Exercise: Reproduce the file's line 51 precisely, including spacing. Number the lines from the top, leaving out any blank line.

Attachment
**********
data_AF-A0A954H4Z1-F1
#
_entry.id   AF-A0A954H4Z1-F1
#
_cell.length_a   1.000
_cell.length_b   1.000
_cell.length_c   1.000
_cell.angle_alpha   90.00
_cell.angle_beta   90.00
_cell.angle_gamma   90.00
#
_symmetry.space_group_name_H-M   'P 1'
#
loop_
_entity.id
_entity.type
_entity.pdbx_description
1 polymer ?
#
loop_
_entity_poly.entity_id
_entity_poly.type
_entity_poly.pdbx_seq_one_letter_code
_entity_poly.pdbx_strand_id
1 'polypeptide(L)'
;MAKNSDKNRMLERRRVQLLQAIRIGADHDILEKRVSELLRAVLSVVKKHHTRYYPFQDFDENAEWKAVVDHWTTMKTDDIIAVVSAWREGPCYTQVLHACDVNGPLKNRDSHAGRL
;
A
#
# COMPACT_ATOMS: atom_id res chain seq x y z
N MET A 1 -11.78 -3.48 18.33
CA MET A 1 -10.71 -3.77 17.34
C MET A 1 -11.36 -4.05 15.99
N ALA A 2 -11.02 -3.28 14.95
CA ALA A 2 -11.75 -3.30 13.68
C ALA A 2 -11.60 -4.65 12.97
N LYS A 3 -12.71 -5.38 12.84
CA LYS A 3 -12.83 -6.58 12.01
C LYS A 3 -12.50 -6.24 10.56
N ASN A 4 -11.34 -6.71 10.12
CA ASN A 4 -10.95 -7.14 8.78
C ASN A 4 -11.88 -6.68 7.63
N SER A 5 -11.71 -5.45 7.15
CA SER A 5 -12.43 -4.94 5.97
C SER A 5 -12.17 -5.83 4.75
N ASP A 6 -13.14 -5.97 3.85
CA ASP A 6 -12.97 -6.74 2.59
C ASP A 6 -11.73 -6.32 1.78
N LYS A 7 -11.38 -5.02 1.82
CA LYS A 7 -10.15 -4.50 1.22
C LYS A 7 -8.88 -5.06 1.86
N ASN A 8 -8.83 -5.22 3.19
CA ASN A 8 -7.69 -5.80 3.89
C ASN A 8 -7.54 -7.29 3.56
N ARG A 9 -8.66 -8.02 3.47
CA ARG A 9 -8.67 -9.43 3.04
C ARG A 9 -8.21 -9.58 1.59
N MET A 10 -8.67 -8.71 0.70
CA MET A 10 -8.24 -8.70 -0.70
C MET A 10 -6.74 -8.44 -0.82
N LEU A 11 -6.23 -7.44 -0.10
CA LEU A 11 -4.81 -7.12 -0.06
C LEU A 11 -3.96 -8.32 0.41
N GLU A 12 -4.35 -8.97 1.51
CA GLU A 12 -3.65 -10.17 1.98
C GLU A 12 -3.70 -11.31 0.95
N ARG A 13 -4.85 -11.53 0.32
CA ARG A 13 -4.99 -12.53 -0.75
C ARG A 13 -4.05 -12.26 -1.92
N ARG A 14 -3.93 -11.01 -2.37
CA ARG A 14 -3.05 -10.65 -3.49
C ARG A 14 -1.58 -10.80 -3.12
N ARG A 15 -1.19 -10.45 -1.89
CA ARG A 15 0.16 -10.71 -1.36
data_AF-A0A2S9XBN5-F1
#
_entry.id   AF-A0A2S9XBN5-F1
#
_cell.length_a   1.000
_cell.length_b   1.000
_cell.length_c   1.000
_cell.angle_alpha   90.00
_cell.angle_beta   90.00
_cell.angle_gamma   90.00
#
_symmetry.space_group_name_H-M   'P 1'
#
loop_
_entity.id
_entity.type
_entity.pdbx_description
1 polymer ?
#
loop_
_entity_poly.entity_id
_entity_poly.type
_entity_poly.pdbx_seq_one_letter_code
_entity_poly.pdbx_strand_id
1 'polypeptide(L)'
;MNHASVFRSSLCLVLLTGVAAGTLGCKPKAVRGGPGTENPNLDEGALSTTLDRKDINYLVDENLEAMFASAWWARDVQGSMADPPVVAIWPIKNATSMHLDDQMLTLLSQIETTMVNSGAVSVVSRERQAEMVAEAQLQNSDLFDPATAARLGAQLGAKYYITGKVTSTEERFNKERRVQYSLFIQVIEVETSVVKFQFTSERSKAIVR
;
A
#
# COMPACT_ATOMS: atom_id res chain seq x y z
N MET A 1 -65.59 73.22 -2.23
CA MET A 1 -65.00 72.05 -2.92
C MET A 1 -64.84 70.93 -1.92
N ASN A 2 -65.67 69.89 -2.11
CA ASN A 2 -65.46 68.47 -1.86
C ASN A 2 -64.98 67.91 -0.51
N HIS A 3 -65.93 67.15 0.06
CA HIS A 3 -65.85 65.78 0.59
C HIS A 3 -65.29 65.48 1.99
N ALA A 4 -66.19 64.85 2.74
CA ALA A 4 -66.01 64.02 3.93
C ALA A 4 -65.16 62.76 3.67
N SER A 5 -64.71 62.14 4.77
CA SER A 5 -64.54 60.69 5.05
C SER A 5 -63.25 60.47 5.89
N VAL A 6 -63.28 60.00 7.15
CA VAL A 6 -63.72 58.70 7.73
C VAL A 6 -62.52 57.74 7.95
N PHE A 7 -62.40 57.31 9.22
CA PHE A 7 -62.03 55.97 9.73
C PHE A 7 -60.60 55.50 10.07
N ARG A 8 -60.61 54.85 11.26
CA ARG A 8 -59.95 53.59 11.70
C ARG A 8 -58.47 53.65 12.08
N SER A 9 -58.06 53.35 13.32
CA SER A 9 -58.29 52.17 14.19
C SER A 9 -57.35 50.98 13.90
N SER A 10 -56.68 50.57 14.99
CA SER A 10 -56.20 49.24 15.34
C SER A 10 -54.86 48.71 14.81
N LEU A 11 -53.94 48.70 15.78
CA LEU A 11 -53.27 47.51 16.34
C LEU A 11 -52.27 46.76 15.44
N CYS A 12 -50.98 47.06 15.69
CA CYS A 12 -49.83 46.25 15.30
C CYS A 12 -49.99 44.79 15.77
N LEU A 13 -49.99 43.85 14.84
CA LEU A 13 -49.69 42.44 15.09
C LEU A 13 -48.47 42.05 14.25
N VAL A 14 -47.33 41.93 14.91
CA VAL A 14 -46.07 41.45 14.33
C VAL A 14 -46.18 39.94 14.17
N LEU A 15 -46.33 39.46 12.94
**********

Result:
C LYS A 7 -8.88 -5.06 1.86